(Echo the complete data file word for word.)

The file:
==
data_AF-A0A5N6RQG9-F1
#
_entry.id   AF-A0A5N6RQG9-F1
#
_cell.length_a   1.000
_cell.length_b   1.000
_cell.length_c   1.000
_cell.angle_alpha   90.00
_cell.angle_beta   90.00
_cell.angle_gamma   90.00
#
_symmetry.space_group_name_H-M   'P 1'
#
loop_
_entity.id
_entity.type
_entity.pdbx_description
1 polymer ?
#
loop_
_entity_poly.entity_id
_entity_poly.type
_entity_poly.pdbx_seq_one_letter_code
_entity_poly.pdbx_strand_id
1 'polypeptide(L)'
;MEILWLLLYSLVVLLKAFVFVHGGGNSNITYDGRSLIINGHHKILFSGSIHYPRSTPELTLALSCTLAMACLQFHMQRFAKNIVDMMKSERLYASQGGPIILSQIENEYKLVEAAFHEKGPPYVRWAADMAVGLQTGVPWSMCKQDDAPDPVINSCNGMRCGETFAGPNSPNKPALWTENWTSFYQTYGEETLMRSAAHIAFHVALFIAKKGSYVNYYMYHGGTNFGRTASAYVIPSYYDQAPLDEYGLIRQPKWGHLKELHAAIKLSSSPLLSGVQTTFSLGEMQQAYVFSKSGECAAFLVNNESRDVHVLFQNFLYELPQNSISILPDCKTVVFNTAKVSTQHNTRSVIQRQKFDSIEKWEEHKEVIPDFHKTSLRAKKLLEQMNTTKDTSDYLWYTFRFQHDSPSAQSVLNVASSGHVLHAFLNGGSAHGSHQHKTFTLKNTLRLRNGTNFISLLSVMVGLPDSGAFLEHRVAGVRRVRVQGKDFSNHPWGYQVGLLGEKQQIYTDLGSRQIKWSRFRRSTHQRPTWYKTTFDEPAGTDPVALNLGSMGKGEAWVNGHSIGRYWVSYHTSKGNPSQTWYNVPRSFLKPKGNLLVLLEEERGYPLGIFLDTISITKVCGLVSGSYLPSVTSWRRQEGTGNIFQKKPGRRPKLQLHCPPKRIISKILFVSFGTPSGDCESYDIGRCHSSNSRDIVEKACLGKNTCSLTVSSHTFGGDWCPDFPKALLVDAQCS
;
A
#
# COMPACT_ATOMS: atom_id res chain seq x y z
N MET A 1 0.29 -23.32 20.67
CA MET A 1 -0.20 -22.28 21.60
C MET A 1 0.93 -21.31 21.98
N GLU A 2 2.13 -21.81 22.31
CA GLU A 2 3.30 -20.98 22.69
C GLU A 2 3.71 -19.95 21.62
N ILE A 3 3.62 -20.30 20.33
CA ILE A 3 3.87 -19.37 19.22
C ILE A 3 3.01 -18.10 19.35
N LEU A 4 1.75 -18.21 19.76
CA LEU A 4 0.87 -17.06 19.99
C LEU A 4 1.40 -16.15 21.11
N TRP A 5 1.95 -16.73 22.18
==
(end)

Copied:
data_AF-A0A5N6RQG9-F1
#
_entry.id   AF-A0A5N6RQG9-F1
#
_cell.length_a   1.000
_cell.length_b   1.000
_cell.length_c   1.000
_cell.angle_alpha   90.00
_cell.angle_beta   90.00
_cell.angle_gamma   90.00
#
_symmetry.space_group_name_H-M   'P 1'
#
loop_
_entity.id
_entity.type
_entity.pdbx_description
1 polymer ?
#
loop_
_entity_poly.entity_id
_entity_poly.type
_entity_poly.pdbx_seq_one_letter_code
_entity_poly.pdbx_strand_id
1 'polypeptide(L)'
;MEILWLLLYSLVVLLKAFVFVHGGGNSNITYDGRSLIINGHHKILFSGSIHYPRSTPELTLALSCTLAMACLQFHMQRFAKNIVDMMKSERLYASQGGPIILSQIENEYKLVEAAFHEKGPPYVRWAADMAVGLQTGVPWSMCKQDDAPDPVINSCNGMRCGETFAGPNSPNKPALWTENWTSFYQTYGEETLMRSAAHIAFHVALFIAKKGSYVNYYMYHGGTNFGRTASAYVIPSYYDQAPLDEYGLIRQPKWGHLKELHAAIKLSSSPLLSGVQTTFSLGEMQQAYVFSKSGECAAFLVNNESRDVHVLFQNFLYELPQNSISILPDCKTVVFNTAKVSTQHNTRSVIQRQKFDSIEKWEEHKEVIPDFHKTSLRAKKLLEQMNTTKDTSDYLWYTFRFQHDSPSAQSVLNVASSGHVLHAFLNGGSAHGSHQHKTFTLKNTLRLRNGTNFISLLSVMVGLPDSGAFLEHRVAGVRRVRVQGKDFSNHPWGYQVGLLGEKQQIYTDLGSRQIKWSRFRRSTHQRPTWYKTTFDEPAGTDPVALNLGSMGKGEAWVNGHSIGRYWVSYHTSKGNPSQTWYNVPRSFLKPKGNLLVLLEEERGYPLGIFLDTISITKVCGLVSGSYLPSVTSWRRQEGTGNIFQKKPGRRPKLQLHCPPKRIISKILFVSFGTPSGDCESYDIGRCHSSNSRDIVEKACLGKNTCSLTVSSHTFGGDWCPDFPKALLVDAQCS
;
A
#
# COMPACT_ATOMS: atom_id res chain seq x y z
N MET A 1 0.29 -23.32 20.67
CA MET A 1 -0.20 -22.28 21.60
C MET A 1 0.93 -21.31 21.98
N GLU A 2 2.13 -21.81 22.31
CA GLU A 2 3.30 -20.98 22.69
C GLU A 2 3.71 -19.95 21.62
N ILE A 3 3.62 -20.30 20.33
CA ILE A 3 3.87 -19.37 19.22
C ILE A 3 3.01 -18.10 19.35
N LEU A 4 1.75 -18.21 19.76
CA LEU A 4 0.87 -17.06 19.99
C LEU A 4 1.40 -16.15 21.11
N TRP A 5 1.95 -16.73 22.18